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Bonus Tactics article: A PR Giant offers career perspective, advice — Mike Paul


April 12, 2007

Copyright © 2007 PRSA. All rights reserved.

“PR Giants: Helping Up-and-Coming Practitioners Grow Professionally and Personally” is a PRSA teleseminar interview series designed to bring seasoned PR practitioners together with new professionals who have questions about the profession.

Here are excepts from two recent teleseminars, which are moderated each month by James E. Lukaszewski, ABC, APR, Fellow PRSA.

Mike Paul, president, MGP & Associates PR, New York

A shorter version of this Q-and-A appears in the April issue of PR Tactics, which features articles on career development.

On the start of his career:

Mike Paul: I take it back to when I was a sophomore in college and saw, on a board at the political science department, an internship for the New York State Assembly. If you went into this internship program, you would understand not only politics from a research perspective, a media relations perspective and a legislative and policy perspective, but [you would also] work directly with key leaders in politics in New York. I said, “I want to jump into that.” 

That took me to working hard as an intern, having an opportunity to not only work for the state legislature, but to also jump to the U.S. Senate, becoming a staff member for U.S. Senator D’Amato in New York.  Later, I was introduced to Burson-Marsteller with a management training program while I was in graduate school at Columbia. He was starting something called the Aviator Program where they were taking public affairs and corporate communication types who had master’s degrees into a new management training program in the early 1990s.  So, that was the change from political strategy to PR strategy, and what I learned my first week is that some of the true giants in our business had a strong background in politics before working in public relations.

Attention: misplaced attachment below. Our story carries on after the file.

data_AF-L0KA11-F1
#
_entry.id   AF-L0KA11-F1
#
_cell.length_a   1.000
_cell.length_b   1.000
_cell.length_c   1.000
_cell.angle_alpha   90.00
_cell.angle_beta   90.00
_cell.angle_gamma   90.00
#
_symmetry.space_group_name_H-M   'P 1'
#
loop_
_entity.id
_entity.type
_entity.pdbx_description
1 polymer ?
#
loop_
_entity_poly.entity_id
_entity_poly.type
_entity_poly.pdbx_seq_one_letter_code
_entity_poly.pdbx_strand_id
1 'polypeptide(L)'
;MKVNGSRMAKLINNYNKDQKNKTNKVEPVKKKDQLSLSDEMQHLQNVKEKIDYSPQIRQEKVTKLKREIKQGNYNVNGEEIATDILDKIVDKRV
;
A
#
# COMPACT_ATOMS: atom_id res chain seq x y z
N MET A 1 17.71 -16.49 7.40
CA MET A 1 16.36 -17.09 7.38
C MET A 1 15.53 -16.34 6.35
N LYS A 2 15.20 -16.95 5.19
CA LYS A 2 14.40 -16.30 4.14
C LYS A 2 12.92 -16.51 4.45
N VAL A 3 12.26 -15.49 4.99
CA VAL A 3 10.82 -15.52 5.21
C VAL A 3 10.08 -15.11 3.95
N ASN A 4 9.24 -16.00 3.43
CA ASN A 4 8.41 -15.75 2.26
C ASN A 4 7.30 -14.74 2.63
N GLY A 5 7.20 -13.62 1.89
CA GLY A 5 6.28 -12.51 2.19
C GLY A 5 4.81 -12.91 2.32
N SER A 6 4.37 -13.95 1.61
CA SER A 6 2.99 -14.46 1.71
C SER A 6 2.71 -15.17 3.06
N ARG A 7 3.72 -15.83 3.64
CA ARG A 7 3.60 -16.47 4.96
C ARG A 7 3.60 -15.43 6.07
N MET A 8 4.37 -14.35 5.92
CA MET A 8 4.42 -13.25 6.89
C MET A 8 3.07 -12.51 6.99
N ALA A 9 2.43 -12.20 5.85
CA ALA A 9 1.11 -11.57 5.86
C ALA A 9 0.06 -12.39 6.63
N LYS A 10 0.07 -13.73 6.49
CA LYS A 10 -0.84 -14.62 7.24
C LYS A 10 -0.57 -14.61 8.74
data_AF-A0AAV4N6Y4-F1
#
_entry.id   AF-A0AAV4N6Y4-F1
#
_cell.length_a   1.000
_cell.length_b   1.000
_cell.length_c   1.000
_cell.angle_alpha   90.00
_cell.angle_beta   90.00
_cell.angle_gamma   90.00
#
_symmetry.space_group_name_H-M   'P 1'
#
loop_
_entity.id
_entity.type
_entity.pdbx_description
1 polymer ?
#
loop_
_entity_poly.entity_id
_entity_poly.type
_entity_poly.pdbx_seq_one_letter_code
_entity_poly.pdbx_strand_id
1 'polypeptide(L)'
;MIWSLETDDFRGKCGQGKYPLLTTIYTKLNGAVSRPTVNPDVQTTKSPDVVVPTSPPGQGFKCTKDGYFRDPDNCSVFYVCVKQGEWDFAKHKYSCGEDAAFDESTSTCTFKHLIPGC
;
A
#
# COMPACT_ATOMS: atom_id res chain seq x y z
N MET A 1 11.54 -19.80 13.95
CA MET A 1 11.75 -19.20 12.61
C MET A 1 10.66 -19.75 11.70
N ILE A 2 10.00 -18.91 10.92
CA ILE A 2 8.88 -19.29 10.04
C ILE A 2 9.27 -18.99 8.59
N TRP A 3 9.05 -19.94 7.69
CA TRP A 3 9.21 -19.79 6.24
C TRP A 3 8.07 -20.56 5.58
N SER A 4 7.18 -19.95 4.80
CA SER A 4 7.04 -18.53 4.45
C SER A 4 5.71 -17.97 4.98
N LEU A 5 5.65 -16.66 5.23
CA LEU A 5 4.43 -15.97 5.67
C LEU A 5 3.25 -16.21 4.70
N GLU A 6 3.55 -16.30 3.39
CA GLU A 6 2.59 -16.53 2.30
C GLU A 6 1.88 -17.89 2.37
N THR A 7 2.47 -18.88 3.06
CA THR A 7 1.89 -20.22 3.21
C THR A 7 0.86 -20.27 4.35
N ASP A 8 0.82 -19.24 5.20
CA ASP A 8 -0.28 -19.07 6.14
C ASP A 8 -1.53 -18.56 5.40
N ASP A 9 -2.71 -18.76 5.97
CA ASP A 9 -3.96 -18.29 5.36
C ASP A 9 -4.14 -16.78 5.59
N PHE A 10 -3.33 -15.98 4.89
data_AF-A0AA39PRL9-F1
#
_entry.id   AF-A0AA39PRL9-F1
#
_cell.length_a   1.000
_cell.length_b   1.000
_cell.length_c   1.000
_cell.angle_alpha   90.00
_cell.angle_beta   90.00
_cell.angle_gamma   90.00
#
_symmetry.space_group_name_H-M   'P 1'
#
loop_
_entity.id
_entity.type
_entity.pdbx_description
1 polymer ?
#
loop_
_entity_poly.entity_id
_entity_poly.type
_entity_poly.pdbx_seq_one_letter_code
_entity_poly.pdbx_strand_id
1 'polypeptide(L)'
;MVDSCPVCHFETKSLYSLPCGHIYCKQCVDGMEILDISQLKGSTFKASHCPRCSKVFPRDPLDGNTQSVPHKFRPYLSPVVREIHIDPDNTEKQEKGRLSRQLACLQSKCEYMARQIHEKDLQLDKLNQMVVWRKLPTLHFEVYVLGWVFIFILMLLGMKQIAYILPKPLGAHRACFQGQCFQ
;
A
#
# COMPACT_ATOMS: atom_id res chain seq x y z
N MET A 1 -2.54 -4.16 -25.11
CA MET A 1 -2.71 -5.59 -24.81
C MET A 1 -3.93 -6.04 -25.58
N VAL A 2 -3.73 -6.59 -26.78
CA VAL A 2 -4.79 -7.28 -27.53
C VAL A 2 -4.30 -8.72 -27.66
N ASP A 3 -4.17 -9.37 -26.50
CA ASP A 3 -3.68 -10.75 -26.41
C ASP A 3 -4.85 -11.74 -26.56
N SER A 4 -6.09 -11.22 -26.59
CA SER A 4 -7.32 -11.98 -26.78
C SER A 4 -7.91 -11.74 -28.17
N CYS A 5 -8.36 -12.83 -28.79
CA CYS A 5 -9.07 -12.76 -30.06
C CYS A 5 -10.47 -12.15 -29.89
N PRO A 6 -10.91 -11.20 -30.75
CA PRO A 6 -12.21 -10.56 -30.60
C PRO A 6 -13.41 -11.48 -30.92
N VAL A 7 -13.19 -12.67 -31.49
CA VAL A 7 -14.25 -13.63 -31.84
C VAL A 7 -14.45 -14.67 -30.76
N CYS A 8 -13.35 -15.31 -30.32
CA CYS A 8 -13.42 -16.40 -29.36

On his start in public relations:

Paul: I saw a lot of folks in politics working on various sides of the political process.  I met lobbyists and PR folks, some that were working for top firms; I realized that they were working on a tremendous number of different issues, and I was interested.  I thought that politics was going to be my love forever, but I saw the complexity and the opportunities in public relations. 

Ironically, I thought I wanted to be an attorney. I was an intern in high school for the district attorney’s office in Dutchess County.  And the Lemuel Smith case — a prisoner, already in for life, who took the life of a prison guard was a big case happening at the time, and it became a death penalty case.  I was a 17-year-old high school student who had won a few mock trials; my teacher knew the DA; and the DA thought it would be nice to give a high school student an internship.  So, here I am sitting next to this multiple murderer as he licks his chops like he wants to eat me alive.  That was my first taste of a combination of crisis PR, and realizing there are very good people and very bad people in the world.

On the most important lesson the profession has taught him:

Paul:  Some of the most important lessons I’ve learned are not from the profession, but from mistakes. Much of it deals with truth and character. I think we aren’t critical enough of ourselves and our profession. Some of the biggest crises that have happened, ironically, have not been external to our profession; they’ve been within our profession. It’s sad to see.  So, some of the rules I’ve learned have dealt with being honest with myself, being honest with clients, not putting money first, putting people first, putting the truth first and trying to learn how to do so in a way that is still loving but direct. [I’ve also learned to] not be afraid to walk away from the money or the client or any opportunity if it doesn't pass the smell test. 

On his father:

Paul:  My father, an immigrant from Trinidad and Tobago, came here at the age of 19 without a high school degree. He earned his GED in New York City, and, through multiple jobs and many, many promotions, ended up becoming a corporate officer at Citicorp, Citibank in New York City.  After my dad retired, I had an opportunity to also do some work for Citicorp. When Sandy Weill was still the CEO, we had done some work together and got to know each other. I had forgotten that I hadn’t really talked to him about my dad working for Citibank.  He said, “How many years did he work here?” I said, “33 years.”  He said, “Wow, that’s a long time.”  And we took a photo together and he secretly told the photographer to find my father’s home address and sent the photograph with a long note talking about our work together and how proud he was of me and how he should be proud as a father.  My dad went out to the mailbox, called me and said, “What is this all about?”  I really had no clue what he was saying until I went to visit him and saw it. It brought it all back full circle. 


 



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